By Mary Kennedy
Since Veteran's Day was this week, I'd like run a piece I wrote for Publisher's Weekly.
I'd never met Lt. Col. Lisa Schieferstein, yet I was intrigued by her story.
I knew Lisa was half a world away, doing a tough job in a gritty, remote location. As the garrison commander of the 389th "Renegades" division in Iraq, she was stationed at a desert outpost, with 90 soldiers under her command. The heat was appalling, the conditions were rugged, and danger was ever present.
Even though my life is incredibly cushy by comparison (a nice psychology practice in Delaware, a second career as a mystery novelist), when I saw a photo of Lisa—in full body armor—visiting a one-room Iraqi schoolhouse to bring books to the children, I knew right away we had something in common: a love of books.
We began to e-mail each other, and I got a glimpse of her day-to-day life. When I learned that the 389th was a sustainment division, offering food and snacks to American convoys passing through, I decided to send boxes of books and homemade goodies every two weeks.
Then Carolyn Hart, author of 44 mysteries, heard about the project and made an interesting offer: "Let me send 20 pounds of coffee, snacks, and books to celebrate the publication of Laughed 'Til He Died. It's the 20th release in my Death on Demand series, and this would be a nice way to commemorate the event."
But it didn't stop there. We received such a positive response from the Renegades that we kept going. We had to—the soldiers said they loved these boxes from home.
Bestselling author Caridad Pineiro, who writes paranormal romance and romantic suspense novels, said to me, "As an immigrant to this country, I value the liberties in America every day. I try to regularly help our soldiers as they protect our nation. Whether it's sending books, candy, or basic necessities, I know those small things mean the world to them."
Other writers heard about the project and joined us. Kate Collins, J.B. Stanley, Julie Hyzy, Beth Ciotta, and Robin Burcell are just a few writers who donated autographed books and food. Jill Cesa-Teneyck, Lisa's best friend, insisted on sending a dozen copies of my own mystery, Dead Air, to the Renegades.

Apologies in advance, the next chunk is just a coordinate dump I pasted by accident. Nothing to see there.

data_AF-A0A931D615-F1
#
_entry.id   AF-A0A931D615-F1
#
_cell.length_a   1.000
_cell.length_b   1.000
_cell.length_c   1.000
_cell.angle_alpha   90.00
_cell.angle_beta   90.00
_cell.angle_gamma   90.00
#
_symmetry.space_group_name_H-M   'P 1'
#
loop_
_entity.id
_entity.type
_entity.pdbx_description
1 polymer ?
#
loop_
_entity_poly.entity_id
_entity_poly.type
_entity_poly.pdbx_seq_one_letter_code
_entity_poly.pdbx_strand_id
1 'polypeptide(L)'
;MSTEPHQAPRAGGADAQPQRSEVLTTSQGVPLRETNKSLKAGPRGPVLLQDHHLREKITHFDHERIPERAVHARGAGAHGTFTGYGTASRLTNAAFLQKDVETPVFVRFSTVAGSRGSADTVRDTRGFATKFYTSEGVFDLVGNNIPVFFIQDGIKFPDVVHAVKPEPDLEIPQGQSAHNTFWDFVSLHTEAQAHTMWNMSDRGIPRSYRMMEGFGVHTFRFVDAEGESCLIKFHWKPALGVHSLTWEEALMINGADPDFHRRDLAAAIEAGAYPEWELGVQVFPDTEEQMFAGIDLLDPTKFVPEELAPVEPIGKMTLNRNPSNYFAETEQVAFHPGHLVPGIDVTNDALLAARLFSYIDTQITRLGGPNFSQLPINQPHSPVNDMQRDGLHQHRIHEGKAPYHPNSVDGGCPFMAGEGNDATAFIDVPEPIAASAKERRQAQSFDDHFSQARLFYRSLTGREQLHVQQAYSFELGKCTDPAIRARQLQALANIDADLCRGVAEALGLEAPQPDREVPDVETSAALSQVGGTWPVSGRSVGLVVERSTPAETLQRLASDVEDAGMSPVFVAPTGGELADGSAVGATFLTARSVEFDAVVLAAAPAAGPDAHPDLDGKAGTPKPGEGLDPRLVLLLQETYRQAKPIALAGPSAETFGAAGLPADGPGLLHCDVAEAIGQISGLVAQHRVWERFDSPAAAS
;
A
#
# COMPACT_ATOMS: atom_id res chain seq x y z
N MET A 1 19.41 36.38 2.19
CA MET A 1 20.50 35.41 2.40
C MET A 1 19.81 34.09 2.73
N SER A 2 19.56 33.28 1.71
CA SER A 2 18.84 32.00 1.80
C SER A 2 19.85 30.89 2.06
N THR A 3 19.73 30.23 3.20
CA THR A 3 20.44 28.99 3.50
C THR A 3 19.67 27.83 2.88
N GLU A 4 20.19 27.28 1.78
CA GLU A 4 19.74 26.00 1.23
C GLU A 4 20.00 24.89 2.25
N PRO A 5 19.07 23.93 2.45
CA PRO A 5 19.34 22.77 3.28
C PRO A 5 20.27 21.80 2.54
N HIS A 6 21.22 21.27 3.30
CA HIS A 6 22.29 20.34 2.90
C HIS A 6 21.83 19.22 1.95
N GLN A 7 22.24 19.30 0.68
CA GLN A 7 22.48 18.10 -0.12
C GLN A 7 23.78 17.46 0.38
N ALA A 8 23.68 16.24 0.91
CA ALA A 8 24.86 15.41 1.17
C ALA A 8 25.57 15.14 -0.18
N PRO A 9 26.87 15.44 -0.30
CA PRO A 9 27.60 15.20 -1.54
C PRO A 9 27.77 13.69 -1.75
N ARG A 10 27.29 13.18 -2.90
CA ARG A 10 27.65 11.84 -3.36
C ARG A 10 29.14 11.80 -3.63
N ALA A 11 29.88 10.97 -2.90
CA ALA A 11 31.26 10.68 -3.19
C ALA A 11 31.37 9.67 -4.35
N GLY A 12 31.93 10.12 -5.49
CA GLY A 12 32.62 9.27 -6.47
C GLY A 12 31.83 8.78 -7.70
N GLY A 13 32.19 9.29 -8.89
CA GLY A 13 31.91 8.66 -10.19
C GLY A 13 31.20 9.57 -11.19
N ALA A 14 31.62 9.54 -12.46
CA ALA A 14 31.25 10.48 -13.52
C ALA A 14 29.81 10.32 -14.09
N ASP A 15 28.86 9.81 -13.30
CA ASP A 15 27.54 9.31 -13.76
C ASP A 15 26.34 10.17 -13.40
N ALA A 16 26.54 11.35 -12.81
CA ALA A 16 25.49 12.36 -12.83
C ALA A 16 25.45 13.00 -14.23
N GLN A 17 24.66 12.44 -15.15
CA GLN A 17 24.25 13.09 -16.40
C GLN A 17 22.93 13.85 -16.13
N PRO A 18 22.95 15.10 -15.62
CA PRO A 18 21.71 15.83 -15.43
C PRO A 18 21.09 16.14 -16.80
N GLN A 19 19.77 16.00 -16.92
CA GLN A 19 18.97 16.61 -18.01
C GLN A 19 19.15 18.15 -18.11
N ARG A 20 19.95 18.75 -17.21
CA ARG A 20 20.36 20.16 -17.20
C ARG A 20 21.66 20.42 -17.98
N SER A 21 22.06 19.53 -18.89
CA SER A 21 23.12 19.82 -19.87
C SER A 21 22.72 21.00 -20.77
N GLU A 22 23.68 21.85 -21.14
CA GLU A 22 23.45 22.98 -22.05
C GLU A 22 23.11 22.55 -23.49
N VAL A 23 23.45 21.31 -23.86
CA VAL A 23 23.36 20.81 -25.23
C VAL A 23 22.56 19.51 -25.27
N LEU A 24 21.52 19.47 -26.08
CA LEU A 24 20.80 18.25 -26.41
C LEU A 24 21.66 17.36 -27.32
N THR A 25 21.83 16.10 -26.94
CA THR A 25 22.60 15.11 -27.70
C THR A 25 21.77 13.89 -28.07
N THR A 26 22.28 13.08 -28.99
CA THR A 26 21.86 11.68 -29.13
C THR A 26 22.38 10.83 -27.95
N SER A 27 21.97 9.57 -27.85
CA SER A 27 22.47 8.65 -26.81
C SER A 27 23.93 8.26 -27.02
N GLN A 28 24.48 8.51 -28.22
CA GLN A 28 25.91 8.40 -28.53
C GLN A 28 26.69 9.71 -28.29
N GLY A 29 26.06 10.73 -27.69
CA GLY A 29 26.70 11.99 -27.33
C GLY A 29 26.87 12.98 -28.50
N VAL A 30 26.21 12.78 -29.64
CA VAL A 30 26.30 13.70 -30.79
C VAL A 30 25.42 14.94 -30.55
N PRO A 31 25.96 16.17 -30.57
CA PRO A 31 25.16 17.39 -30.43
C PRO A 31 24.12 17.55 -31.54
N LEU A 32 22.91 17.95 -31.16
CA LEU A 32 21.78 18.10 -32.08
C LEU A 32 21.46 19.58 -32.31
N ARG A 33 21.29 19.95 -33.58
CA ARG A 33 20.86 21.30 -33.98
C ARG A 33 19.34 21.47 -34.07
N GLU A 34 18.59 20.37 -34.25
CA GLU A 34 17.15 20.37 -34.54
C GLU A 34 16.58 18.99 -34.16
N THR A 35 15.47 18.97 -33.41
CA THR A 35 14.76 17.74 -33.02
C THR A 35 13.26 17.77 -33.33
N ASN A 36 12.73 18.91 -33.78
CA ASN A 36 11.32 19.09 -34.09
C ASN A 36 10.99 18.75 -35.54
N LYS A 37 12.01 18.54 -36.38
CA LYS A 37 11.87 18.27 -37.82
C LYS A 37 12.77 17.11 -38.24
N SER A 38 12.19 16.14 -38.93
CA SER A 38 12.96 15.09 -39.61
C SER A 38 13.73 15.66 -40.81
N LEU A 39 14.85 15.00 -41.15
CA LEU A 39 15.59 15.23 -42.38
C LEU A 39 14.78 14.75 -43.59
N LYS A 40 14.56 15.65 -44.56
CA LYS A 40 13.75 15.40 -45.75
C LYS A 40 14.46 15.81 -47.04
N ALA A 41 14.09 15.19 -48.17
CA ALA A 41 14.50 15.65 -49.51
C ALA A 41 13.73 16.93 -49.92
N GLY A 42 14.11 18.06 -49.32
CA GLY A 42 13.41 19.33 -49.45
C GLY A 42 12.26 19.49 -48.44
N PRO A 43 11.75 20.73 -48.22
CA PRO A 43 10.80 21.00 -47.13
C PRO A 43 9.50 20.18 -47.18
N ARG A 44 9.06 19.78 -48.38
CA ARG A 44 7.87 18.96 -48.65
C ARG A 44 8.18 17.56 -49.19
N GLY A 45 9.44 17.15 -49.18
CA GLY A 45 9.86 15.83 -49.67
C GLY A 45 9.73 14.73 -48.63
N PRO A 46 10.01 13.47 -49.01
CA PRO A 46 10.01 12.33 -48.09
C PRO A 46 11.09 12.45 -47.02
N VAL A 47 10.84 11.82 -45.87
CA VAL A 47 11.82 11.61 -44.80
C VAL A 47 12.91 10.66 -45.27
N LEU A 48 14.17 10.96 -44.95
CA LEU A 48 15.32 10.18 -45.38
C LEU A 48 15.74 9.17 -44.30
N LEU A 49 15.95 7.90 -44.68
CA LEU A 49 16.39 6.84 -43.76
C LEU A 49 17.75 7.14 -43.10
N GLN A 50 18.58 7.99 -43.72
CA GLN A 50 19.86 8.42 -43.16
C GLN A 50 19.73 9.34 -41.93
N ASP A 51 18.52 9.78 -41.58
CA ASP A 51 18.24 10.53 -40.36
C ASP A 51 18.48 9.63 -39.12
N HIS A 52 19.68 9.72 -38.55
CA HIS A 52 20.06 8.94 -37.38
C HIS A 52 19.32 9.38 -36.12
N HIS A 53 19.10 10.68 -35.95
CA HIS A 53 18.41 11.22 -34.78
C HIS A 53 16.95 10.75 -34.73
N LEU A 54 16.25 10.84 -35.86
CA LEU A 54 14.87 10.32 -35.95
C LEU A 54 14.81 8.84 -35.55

In the end, we sent more than 200 pounds of home-baked sweets and books to Iraq. I sent some healthy choices (like tuna fish and salted nuts) but the hands-down favorite was my home-made Kahlua brownies. (I'll be glad to share the recipe if anyone wants it, just message me on FB) A baked "pecan and cereal squares" snack was another popular item. It's like a sweet version of Chex Mix with corn syrup and nuts and both these treats travel well.
What did the military think about the project? Kim Adams, SOS Military Liaison and an Air Force spouse in Honolulu, said, "As a veteran of the first Gulf War, I know firsthand what difference mail makes to deployed personnel.... But that war was short-term, and our troops came home. Today, our military personnel are facing longer and repeated deployments. While e-mail and Skype are available, nothing can replace the warmth of a personal letter, the excitement of a care package, and the thrill of receiving books hand-selected by readers who support our deployed personnel."
As Janet Evanovich told me, "If Stephanie Plum could meet the Renegades, she'd give them a high-five and say, 'Well done!'"
I wish everyone reading this piece could adopt a soldier and send books, candy, snacks, and, sure, homemade cookies or brownies. It's easy to do and it really means the world to our brave men and women in the military forces.